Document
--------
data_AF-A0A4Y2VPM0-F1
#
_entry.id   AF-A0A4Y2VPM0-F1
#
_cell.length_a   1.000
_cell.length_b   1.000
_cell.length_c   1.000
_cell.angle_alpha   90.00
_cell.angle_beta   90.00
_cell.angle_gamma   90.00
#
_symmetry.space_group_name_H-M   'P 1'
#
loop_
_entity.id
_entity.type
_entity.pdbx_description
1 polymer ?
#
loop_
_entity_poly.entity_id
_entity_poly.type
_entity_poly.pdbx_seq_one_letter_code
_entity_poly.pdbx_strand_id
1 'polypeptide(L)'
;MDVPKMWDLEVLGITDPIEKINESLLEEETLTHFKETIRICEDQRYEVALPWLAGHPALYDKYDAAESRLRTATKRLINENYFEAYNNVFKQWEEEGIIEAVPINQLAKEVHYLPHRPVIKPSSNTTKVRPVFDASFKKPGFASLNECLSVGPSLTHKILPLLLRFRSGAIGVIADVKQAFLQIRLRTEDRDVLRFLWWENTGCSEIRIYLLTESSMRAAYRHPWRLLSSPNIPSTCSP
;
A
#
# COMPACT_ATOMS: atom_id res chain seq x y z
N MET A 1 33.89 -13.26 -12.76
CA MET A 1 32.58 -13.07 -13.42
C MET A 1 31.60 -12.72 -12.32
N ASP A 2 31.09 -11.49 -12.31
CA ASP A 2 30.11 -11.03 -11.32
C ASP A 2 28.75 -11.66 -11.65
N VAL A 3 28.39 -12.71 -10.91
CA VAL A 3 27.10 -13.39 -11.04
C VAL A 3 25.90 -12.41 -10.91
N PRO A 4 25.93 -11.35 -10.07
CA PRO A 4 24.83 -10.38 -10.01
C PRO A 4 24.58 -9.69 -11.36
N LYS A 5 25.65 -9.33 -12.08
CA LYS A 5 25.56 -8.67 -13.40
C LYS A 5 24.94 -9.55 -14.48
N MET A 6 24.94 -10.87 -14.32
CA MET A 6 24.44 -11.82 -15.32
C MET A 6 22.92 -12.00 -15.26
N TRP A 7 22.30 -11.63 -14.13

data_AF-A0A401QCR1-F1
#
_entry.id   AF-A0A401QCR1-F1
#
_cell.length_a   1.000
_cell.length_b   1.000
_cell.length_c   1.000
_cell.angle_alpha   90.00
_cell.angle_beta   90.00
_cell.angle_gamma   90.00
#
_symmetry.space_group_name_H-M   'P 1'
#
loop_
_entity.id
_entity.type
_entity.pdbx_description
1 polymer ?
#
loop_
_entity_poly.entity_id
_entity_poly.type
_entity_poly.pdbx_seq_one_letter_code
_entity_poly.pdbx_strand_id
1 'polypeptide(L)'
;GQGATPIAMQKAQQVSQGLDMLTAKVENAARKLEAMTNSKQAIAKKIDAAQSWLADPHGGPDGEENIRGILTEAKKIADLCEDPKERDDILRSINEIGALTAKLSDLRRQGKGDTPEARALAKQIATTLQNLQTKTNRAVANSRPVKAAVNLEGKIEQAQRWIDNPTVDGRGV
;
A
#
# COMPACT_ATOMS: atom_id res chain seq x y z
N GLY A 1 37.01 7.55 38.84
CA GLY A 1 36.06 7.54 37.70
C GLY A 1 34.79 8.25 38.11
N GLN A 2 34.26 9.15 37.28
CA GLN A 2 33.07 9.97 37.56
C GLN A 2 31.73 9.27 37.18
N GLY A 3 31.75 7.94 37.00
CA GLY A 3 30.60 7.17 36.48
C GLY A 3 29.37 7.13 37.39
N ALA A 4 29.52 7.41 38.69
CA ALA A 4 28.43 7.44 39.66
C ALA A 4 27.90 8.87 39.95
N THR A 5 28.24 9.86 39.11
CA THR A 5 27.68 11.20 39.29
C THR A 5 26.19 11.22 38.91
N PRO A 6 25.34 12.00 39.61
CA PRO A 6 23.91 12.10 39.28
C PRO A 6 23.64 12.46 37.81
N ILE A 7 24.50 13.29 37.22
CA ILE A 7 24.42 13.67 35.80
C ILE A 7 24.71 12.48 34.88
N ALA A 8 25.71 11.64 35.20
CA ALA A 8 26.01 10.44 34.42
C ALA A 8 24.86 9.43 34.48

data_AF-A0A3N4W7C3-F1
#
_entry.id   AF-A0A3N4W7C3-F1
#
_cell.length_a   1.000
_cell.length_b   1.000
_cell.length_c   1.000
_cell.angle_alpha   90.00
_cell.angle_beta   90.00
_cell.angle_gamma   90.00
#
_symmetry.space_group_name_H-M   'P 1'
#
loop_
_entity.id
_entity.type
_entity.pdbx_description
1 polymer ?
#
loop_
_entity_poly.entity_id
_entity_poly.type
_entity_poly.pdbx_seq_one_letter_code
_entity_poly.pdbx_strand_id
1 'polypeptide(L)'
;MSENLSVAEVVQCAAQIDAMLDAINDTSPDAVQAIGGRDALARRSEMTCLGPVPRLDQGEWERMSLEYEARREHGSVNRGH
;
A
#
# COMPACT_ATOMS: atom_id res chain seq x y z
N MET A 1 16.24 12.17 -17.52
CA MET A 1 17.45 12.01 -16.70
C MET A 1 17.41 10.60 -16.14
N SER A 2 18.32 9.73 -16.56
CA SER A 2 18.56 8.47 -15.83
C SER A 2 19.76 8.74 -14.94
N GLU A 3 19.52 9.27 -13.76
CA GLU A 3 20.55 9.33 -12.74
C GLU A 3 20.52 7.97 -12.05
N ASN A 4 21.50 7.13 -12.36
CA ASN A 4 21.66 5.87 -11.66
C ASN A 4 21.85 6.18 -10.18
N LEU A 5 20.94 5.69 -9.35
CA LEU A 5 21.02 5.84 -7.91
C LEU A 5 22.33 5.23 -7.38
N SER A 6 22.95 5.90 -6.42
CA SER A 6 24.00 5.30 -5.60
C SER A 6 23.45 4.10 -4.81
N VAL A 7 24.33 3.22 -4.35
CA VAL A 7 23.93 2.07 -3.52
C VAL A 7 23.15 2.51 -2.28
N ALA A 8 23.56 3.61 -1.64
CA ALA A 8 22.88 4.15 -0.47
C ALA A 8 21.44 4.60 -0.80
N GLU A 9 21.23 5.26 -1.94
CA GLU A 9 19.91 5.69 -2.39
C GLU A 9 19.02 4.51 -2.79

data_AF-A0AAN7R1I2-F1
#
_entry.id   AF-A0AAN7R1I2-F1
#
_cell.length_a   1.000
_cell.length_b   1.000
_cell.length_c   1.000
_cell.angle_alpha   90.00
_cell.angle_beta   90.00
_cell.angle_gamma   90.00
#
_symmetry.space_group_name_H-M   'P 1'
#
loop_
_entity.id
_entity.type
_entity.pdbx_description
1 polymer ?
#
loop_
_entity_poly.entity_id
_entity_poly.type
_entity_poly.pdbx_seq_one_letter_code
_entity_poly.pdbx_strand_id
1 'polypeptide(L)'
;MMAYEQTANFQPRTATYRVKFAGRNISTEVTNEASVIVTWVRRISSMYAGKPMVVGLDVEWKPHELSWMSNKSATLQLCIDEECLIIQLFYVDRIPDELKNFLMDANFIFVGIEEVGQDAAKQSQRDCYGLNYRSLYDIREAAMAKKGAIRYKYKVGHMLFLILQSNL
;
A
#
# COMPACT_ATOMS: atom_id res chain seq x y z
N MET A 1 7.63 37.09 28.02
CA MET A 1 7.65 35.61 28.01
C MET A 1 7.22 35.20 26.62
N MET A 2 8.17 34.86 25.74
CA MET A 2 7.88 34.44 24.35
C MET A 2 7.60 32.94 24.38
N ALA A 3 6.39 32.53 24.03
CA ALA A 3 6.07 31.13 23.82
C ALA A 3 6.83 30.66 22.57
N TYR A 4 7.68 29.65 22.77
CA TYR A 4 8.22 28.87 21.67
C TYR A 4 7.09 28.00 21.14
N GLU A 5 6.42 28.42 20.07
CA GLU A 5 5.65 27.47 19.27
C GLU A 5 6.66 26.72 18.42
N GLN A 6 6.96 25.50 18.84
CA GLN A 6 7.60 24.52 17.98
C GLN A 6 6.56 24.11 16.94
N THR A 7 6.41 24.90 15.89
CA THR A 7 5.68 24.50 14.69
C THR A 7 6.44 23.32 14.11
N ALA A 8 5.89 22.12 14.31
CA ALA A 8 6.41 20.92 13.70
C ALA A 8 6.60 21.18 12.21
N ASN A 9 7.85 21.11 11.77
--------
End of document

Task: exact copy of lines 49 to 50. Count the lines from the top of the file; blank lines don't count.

N TRP A 7 22.30 -11.63 -14.13

data_AF-A0A401QCR1-F1